Who knows, perhaps all of our Pagan deities had origins in flesh and blood heroes that became gods as their legend grew. 

Certainly Jesus is usually revered as a god. 
And what a perfect deity Jesus is to inspire us: someone we can look up to as a great magycian, healer, and as a God of Love in the Pagan pantheon.   We should consider invoking him in our spells.

This need take nothing from Christianity.  In fact, the whole point of including Jesus as a Pagan deity is to bridge what seems an unfathomable chasm between Paganism and Christianity.  Love is the message of Jesus.

Finally, in Jesus' own words:  

"Those who seek should not stop seeking until they find.  When they find, they will be disturbed. When they are disturbed, they will marvel, and will reign over all."     (see Gospel of Thomas)


As in Adam, all are bound to cycles of rebirth, so in the Lord shall all be made eternal. Blessed are those who are made perfect .. for... their works do follow them."
- Nazirenes 69:2

in addition passages from the Gospel of Thomas affirms His vision of resurrection as an ongoing event:

"His followers said to him, 'When will the rest for the dead take place, and when will the new world come?' He said to them, 'What you look for has come, but you do not know it.'" (Gospel of Thomas, saying 51)

In this verse, Jesus says the resurrection and the kingdom are already here. In Gnostic terms, the passage refers to a person's past resurrection (physical rebirth or reincarnation) and the presumption that we are already living in the kingdom of God which exists within us.

From The Apocalypse of Paul  we learn of his sufferings and how he was once stoned and left for dead. The letter goes on to say:

"I must go on boasting. Although there is nothing to be gained, I will go on to visions and revelations from the Lord. I know a person in Christ who fourteen years ago was caught up to the third heaven. Whether it was in the body or out of the body I do not know - God knows. And I know that this person - whether in the body or apart from the body I do not know, but God knows - was caught up to paradise. He heard inexpressible things, things that humans are not permitted to tell." (2 Cor. 12:1-4)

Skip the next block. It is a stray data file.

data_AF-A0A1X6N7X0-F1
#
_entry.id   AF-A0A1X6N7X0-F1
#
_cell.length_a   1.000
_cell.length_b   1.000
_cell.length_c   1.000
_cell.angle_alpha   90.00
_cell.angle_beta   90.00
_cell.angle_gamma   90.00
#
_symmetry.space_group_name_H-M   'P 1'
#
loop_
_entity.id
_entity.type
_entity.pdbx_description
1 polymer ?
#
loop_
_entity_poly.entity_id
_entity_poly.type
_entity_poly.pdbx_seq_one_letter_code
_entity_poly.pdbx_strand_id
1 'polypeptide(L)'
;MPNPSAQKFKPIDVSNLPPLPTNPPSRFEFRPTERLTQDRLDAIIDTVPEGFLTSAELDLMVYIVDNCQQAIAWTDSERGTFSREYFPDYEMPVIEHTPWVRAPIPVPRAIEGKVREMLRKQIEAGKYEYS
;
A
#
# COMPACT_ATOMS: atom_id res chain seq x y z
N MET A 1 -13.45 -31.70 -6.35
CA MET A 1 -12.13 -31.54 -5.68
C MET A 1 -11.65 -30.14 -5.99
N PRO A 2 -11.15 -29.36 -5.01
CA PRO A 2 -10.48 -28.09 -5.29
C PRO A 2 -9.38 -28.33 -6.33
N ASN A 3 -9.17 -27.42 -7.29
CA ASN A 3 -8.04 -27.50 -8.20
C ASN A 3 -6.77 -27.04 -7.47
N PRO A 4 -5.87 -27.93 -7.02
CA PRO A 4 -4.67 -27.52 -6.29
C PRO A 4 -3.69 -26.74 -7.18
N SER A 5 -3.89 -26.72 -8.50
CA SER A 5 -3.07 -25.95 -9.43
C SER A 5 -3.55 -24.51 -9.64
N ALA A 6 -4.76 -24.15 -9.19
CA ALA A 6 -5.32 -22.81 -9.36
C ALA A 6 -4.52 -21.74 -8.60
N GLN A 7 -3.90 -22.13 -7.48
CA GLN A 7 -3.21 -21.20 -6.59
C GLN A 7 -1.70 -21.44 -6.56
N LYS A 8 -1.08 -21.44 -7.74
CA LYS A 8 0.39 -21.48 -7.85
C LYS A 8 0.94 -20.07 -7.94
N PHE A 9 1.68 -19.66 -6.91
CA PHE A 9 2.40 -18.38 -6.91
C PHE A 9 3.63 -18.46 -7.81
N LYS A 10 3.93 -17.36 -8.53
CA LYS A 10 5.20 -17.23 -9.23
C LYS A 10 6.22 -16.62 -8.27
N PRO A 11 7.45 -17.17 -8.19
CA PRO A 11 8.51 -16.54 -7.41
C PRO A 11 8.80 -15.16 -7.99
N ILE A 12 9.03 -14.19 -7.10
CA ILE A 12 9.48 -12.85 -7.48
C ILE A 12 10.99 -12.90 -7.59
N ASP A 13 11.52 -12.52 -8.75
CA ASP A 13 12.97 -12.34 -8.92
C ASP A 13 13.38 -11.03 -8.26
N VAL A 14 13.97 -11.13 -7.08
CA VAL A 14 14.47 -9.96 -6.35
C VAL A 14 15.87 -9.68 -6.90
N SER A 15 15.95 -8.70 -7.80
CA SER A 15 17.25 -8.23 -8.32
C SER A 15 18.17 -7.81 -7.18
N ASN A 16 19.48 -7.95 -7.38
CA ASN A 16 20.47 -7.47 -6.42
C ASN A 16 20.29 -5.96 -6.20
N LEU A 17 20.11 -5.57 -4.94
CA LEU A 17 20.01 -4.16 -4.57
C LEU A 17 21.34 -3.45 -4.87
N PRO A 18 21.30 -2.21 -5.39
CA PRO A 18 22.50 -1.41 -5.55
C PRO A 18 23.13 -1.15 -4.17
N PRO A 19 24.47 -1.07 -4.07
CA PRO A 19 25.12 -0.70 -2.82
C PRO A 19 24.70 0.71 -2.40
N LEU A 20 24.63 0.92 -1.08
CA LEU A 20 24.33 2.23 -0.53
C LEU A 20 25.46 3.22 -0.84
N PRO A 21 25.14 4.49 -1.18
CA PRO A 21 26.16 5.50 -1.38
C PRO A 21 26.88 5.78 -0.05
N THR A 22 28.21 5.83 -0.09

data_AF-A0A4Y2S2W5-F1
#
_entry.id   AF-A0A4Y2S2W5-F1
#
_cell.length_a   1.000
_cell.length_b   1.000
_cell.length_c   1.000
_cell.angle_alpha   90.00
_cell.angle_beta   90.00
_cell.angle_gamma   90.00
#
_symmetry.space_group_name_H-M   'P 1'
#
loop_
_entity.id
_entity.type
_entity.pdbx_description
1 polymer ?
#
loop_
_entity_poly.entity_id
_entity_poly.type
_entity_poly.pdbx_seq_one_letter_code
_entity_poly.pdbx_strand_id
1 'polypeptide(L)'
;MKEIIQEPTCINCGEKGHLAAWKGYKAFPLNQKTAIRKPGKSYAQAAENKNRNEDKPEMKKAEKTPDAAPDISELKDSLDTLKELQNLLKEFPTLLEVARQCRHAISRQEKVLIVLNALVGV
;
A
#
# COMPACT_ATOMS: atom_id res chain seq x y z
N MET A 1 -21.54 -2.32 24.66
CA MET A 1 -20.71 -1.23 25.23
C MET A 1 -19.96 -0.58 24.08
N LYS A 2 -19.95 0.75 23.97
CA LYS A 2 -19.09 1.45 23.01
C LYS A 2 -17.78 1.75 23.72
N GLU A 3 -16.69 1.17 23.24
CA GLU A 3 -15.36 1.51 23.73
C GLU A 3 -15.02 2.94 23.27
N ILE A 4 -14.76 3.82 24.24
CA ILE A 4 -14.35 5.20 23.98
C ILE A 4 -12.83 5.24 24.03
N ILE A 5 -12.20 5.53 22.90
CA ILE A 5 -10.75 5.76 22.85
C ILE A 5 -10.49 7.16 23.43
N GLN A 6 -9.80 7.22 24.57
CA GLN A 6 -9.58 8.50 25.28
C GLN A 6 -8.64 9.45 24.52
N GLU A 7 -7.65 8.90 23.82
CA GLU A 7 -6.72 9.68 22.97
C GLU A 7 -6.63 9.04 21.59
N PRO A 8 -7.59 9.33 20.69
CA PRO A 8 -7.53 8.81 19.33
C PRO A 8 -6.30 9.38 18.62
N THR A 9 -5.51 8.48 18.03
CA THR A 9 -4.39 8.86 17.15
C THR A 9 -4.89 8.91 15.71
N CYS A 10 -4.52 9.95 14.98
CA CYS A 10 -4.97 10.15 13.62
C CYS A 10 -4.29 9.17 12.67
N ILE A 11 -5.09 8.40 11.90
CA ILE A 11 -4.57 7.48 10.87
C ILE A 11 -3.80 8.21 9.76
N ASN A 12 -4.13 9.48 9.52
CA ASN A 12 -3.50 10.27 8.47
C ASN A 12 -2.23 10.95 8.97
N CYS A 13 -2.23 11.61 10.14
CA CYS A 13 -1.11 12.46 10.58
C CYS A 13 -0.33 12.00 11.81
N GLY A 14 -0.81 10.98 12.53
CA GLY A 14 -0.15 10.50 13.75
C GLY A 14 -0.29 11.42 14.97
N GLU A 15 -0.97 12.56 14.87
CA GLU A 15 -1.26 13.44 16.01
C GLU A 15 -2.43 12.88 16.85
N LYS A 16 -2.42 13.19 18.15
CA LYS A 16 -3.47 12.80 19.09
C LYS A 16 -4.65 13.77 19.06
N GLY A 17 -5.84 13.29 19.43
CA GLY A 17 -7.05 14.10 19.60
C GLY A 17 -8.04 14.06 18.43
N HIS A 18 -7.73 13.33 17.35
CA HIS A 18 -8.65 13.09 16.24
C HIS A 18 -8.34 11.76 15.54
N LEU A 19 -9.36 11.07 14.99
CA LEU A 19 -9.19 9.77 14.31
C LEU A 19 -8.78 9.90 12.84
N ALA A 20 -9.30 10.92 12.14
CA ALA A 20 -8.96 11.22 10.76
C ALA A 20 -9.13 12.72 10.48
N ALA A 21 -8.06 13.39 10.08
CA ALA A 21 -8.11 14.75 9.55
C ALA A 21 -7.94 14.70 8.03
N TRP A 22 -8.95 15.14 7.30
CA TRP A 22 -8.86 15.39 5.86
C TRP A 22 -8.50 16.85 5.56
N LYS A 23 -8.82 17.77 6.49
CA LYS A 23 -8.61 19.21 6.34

Paul continues his vision and revelations he had received from the Lord. The identity of the person referred to as "I know a person in Christ" means that he was speaking about himself. He explained that he didn't know if he was taken up in his body or in his spirit, but he was in paradise ("the third heaven").

He tells how each soul must rise as best it can after death through a hierarchy of heavens and face the increasingly difficult challenges posed by the guardian angels of each heaven. The journey begins with Paul meeting a child on the mountain of Jericho on the way to heaven (symbolized by Jerusalem). This child turns out to be the Holy Spirit, who takes Paul first to the third heaven.

The Holy Spirit warns Paul to keep his wits about him for they are about to enter the realm of "principalities ... archangels and powers and the whole race of demons." The Holy Spirit also mentions that they will pass "one that reveals bodies to a soul-seed," that is, the being that takes souls and plants them in new bodies for reincarnation.
When Paul reaches the fourth heaven, the Holy Spirit encourages him to look down upon his body which he has left behind on the mountain of Jericho. As Paul ascends, he witnesses in the fourth heaven the judgment and punishment of another soul. He says, "I saw the angels resembling gods ... bringing a soul out of the land of the dead." The soul has been resurrected so that it can be judged, one of the four events promised for the end of the world. The angels were whipping it.

The soul spoke, saying, "What sin was it that I committed in the world?" The Toll Collector of this heavenly gate accuses the soul. The soul replies, "Bring witnesses! Let them show you in what body I committed lawless deeds." Three bodies rise up as witnesses and accuse the soul of anger and envy, and finally murder. When the soul heard these things, it gazed downwards in sorrow ... It was cast down.

At this point we expect the soul to be cast into hell, as in later Christian doctrine, but no: "the soul that had been cast down went to a body which had been prepared for it," and was reincarnated.



so may it be